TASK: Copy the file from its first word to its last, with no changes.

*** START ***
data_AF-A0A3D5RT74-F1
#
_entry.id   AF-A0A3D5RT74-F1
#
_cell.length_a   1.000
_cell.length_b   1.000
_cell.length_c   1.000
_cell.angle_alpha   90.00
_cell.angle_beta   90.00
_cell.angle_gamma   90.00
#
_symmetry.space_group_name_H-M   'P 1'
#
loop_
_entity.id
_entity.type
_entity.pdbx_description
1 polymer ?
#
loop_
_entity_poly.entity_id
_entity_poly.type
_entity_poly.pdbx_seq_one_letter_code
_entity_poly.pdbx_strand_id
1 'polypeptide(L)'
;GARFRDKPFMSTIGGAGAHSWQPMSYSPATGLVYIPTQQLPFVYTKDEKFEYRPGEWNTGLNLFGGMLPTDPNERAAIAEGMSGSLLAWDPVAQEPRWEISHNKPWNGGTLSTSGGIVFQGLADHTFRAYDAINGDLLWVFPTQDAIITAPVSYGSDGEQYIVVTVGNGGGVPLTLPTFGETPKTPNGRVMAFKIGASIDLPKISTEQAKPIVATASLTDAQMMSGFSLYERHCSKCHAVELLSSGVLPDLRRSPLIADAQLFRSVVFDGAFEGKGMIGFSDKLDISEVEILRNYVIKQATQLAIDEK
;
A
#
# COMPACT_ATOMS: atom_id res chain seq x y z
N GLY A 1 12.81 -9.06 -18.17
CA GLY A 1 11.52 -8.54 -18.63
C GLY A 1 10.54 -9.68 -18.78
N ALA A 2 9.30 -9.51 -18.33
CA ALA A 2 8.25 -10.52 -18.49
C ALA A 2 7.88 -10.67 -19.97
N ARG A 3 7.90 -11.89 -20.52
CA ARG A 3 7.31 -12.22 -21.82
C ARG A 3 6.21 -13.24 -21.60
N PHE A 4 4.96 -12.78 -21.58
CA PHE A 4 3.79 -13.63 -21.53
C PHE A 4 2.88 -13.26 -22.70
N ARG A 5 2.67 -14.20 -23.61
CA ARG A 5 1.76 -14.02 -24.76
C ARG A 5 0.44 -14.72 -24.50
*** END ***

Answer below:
data_AF-A0A3D5RT74-F1
#
_entry.id   AF-A0A3D5RT74-F1
#
_cell.length_a   1.000
_cell.length_b   1.000
_cell.length_c   1.000
_cell.angle_alpha   90.00
_cell.angle_beta   90.00
_cell.angle_gamma   90.00
#
_symmetry.space_group_name_H-M   'P 1'
#
loop_
_entity.id
_entity.type
_entity.pdbx_description
1 polymer ?
#
loop_
_entity_poly.entity_id
_entity_poly.type
_entity_poly.pdbx_seq_one_letter_code
_entity_poly.pdbx_strand_id
1 'polypeptide(L)'
;GARFRDKPFMSTIGGAGAHSWQPMSYSPATGLVYIPTQQLPFVYTKDEKFEYRPGEWNTGLNLFGGMLPTDPNERAAIAEGMSGSLLAWDPVAQEPRWEISHNKPWNGGTLSTSGGIVFQGLADHTFRAYDAINGDLLWVFPTQDAIITAPVSYGSDGEQYIVVTVGNGGGVPLTLPTFGETPKTPNGRVMAFKIGASIDLPKISTEQAKPIVATASLTDAQMMSGFSLYERHCSKCHAVELLSSGVLPDLRRSPLIADAQLFRSVVFDGAFEGKGMIGFSDKLDISEVEILRNYVIKQATQLAIDEK
;
A
#
# COMPACT_ATOMS: atom_id res chain seq x y z
N GLY A 1 12.81 -9.06 -18.17
CA GLY A 1 11.52 -8.54 -18.63
C GLY A 1 10.54 -9.68 -18.78
N ALA A 2 9.30 -9.51 -18.33
CA ALA A 2 8.25 -10.52 -18.49
C ALA A 2 7.88 -10.67 -19.97
N ARG A 3 7.90 -11.89 -20.52
CA ARG A 3 7.31 -12.22 -21.82
C ARG A 3 6.21 -13.24 -21.60
N PHE A 4 4.96 -12.78 -21.58
CA PHE A 4 3.79 -13.63 -21.53
C PHE A 4 2.88 -13.26 -22.70
N ARG A 5 2.67 -14.20 -23.61
CA ARG A 5 1.76 -14.02 -24.76
C ARG A 5 0.44 -14.72 -24.50